What literary device does Wiesel use to illustrate his disillusionment with God?
While they could also be considered literary devices, Wiesel adopts common rhetorical devices to express his disillusionment with God, including anaphora and hypophora. Rhetoric is the art of persuasion, and in his book Night, Wiesel very much wants to convince the reader that God not only abandoned the Jews during the Holocaust but singled them out as a group to be persecuted.
In section three at Birkenau, just after the selection, Elie witnesses children being thrown into a pit of flames. This atrocity seems to be the spark of his retreat from God. He uses the rhetorical device of anaphora in his memory of that first night in a death camp. Anaphora is the repetition of the same word or words at the beginning of successive phrases or sentences:
Never shall I forget that nocturnal silence which deprived me, for all eternity, of the desire to live. Never shall I forget those moments which murdered my God and my soul and turned my dreams to dust. Never shall I forget these things, even if I am condemned to live as long as God himself. Never.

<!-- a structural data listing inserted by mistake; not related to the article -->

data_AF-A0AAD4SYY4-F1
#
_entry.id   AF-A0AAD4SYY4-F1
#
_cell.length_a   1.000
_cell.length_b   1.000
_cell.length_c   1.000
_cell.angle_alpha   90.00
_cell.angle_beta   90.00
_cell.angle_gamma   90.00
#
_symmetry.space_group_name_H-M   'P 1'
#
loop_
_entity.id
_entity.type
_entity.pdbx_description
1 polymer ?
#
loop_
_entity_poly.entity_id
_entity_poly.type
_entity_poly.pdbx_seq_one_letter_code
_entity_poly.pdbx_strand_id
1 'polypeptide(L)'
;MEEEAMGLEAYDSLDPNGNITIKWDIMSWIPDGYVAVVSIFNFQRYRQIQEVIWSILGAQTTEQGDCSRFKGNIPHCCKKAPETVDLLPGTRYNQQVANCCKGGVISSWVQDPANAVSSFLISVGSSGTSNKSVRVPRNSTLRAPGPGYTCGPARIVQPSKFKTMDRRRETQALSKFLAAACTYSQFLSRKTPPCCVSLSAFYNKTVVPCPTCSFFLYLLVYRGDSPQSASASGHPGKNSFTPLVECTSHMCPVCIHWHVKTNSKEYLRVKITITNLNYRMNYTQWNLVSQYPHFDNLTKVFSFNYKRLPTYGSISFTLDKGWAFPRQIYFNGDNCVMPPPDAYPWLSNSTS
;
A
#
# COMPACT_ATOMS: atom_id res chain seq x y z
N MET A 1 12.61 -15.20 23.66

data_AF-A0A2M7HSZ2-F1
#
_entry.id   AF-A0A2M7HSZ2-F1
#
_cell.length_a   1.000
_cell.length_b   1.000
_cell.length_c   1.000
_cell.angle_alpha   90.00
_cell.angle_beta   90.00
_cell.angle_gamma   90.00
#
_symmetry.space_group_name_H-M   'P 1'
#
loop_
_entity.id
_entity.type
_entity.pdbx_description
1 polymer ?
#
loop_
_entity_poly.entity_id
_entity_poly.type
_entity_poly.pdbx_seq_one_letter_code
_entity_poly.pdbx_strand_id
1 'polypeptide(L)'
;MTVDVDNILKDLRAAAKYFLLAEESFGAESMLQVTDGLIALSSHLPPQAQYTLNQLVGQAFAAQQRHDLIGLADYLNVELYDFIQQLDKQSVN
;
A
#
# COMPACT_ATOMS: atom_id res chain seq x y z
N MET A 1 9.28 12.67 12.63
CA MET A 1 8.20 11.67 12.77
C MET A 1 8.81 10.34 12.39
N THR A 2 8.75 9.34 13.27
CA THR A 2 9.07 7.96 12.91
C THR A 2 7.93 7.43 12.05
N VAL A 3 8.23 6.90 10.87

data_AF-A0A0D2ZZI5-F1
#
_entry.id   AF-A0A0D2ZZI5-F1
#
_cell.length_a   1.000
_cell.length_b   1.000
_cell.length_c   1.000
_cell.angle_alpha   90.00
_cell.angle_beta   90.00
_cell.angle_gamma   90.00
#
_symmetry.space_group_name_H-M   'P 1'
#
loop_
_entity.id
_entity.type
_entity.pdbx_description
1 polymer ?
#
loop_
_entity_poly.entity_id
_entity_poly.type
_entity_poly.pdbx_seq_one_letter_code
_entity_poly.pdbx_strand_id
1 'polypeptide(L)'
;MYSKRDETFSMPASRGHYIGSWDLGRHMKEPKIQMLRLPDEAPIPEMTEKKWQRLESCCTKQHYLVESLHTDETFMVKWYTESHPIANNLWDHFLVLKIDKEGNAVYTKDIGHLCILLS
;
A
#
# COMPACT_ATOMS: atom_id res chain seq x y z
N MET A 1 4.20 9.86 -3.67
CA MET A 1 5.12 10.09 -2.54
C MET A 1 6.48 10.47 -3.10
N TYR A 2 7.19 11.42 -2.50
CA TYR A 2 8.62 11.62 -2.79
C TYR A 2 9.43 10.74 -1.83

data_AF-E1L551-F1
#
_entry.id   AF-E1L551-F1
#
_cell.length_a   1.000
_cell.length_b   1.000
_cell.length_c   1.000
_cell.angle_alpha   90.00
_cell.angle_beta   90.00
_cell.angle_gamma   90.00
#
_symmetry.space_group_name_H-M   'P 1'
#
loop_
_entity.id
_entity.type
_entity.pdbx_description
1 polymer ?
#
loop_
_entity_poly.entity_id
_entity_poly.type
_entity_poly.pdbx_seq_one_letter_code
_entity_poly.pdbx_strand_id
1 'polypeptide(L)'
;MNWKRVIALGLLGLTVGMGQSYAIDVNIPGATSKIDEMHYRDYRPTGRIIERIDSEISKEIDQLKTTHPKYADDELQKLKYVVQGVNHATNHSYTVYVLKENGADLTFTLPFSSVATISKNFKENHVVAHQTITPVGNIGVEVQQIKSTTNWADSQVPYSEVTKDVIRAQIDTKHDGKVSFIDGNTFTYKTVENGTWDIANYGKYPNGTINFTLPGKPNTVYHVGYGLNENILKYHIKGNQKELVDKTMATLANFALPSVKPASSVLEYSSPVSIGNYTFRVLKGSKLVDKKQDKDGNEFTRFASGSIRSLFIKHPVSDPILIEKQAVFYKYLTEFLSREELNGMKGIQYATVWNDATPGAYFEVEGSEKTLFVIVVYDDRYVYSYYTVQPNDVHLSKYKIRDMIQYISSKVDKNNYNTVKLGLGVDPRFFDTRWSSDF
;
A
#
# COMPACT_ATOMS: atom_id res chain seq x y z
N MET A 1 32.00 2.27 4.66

The repetition of the word "Never" has a chilling effect. The senseless killing and torture are something he can never forget. Moreover, he can never forgive God for allowing it.
In section five the Jews gather together during Rosh Hashanah for prayer. Elie questions why God should be blessed and again uses anaphora in his condemnation, this time repeating the word "Because":
Why, but why should I bless Him? In every fiber I rebelled. Because He had had thousands of children burned in His pits? Because He kept six crematories working night and day, on Sundays and feast days? Because in His great might he had created Auschwitz, Birkenau, Buna, and so many factories of death?
In section four, Wiesel uses the rhetorical element of hypophora in his expression of disillusionment with God. Hypophora consists of raising a question and then providing an immediate answer. The Jews at Buna witness the hanging of a young boy. The boy doesn't die right away and lingers between life and death for some time while each of the prisoners is made to look into his face. A man near Elie asks a question about God, to which Elie has a quick response:
Behind me, I heard a man asking:
"Where is God now?"
And I heard a voice within me answer him:
“Where is He? Here He is—He is hanging here on this gallows….”